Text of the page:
I am thinking of one high-profile Internet startup in San Francisco
right now that is extremely promising, has great technology and a
unique offering, that did two big deals early with high-profile big
company partners, and has become completely hamstrung in its ability to
execute on its core business as a result.

Fifth, never, ever assume a big company will do the obvious thing.

What is obvious to you — or any outsider — is probably not obvious
on the inside, once all the other factors that are involved are taken
into account.

Sixth, be aware that big companies care a lot more about what other big companies are doing than what any startup is doing.

Hell, big companies often care a lot more about what other big
companies are doing than they care about what their customers are doing.

Moby Dick cared a lot more about what the other giant white whales
were doing than those annoying little people in that flimsy boat.

"The Whale is harpooned to be sure; but bethink you, how
you would manage a powerful unbroken colt, with the mere appliance of a
rope tied to the root of his tail."

— A Chapter on Whaling in Ribs and Trucks

Seventh, if doing deals with big companies is going
to be a key part of your strategy, be sure to hire a real pro who has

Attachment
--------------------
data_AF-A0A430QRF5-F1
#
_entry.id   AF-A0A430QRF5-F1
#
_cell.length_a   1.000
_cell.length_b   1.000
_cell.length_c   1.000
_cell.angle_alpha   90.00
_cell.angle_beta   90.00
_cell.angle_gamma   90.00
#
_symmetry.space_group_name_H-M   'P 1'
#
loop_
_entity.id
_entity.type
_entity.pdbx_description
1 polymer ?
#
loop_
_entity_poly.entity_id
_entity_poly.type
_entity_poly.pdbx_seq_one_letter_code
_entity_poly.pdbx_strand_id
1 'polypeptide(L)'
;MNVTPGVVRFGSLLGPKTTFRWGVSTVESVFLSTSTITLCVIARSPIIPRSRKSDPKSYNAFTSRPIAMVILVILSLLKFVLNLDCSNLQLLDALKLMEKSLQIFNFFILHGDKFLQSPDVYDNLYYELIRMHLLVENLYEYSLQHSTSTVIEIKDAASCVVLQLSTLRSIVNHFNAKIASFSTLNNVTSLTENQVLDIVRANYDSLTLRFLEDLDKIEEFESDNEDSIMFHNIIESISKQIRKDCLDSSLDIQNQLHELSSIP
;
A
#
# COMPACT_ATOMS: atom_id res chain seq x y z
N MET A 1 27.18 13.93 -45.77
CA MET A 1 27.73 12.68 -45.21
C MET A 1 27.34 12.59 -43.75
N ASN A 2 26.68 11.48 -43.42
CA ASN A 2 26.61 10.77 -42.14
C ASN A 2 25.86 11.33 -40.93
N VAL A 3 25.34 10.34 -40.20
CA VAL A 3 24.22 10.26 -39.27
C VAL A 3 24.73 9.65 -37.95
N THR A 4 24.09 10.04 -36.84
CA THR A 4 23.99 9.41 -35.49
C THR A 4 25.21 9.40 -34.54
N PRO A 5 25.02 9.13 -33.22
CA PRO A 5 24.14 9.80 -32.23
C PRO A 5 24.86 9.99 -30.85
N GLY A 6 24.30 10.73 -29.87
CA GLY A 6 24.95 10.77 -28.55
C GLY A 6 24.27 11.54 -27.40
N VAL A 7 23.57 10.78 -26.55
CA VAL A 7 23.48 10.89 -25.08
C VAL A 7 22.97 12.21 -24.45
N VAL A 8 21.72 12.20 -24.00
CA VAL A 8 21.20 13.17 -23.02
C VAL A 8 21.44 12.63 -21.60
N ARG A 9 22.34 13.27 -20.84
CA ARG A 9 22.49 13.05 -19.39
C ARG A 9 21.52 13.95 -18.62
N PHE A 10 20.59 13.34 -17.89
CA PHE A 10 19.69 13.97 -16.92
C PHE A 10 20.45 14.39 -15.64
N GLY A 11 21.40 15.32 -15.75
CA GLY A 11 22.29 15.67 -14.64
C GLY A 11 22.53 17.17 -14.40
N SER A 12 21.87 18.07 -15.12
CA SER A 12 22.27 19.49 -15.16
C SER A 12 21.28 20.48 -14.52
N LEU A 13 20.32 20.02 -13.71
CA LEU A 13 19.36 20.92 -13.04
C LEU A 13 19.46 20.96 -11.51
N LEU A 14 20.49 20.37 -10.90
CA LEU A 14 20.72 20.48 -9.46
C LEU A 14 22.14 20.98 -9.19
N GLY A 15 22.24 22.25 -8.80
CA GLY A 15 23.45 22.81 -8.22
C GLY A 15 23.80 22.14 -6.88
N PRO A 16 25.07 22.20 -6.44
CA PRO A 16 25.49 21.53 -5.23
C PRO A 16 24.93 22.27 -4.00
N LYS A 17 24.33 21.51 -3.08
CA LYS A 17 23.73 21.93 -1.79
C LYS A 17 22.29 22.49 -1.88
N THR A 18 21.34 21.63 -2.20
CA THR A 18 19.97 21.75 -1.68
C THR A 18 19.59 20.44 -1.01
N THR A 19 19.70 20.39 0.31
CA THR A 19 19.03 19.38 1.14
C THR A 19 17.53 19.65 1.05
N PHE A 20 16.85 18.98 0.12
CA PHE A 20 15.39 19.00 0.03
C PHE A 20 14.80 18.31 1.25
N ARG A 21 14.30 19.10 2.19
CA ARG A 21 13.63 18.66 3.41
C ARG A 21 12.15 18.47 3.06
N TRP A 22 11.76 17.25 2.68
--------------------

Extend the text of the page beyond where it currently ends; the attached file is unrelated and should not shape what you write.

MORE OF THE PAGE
done it before.

Only the best and most experienced whalers had a chance at taking down Moby Dick.

This is why senior sales and business development people get paid a lot of money. They’re worth it.

"Oh! Ahab," cried Starbuck, "not too late is it, even now,
the third day, to desist. See! Moby Dick seeks thee not. It is thou,
thou, that madly seekest him!"

— Moby Dick

Eighth, don’t get obsessed.

Don’t turn into Captain Ahab.

By all means, talk to big companies about all kinds of things, but
always be ready to have the conversation just drop and to return to
your core business.

Rare is the startup where a deal with a big company leads to success, or lack thereof leads to huge failure.

(However, see also Microsoft and Digital Research circa 1981. Talk about a huge whale.)

Closing thought:

Diving beneath the settling ship, the whale ran quivering
along its keel; but turning under water, swiftly shot to the surface
again, far off the other bow, but within a few yards of Ahab’s boat,
where, for a time, the whale lay quiescent.

"…Towards thee I roll, thou all-destroying but unconquering
whale; to the last I grapple with thee; from hell’s heart I stab at
thee; for hate’s sake I spit my last breath at thee. Sink all coffins
and all hearses to one common pool! and since neither can be mine, let
me then tow to pieces, while still chasing thee, though tied to thee,
thou damned whale! THUS, I give up the spear!"

The harpoon was darted; the stricken whale flew forward; with
igniting velocity the line ran through the grooves; — ran foul. Ahab
stooped to clear it; he did clear it; but the flying turn caught him
round the neck, and voicelessly as Turkish mutes bowstring their
victim, he was shot out of the boat, ere the crew knew he was gone.

— Moby Dick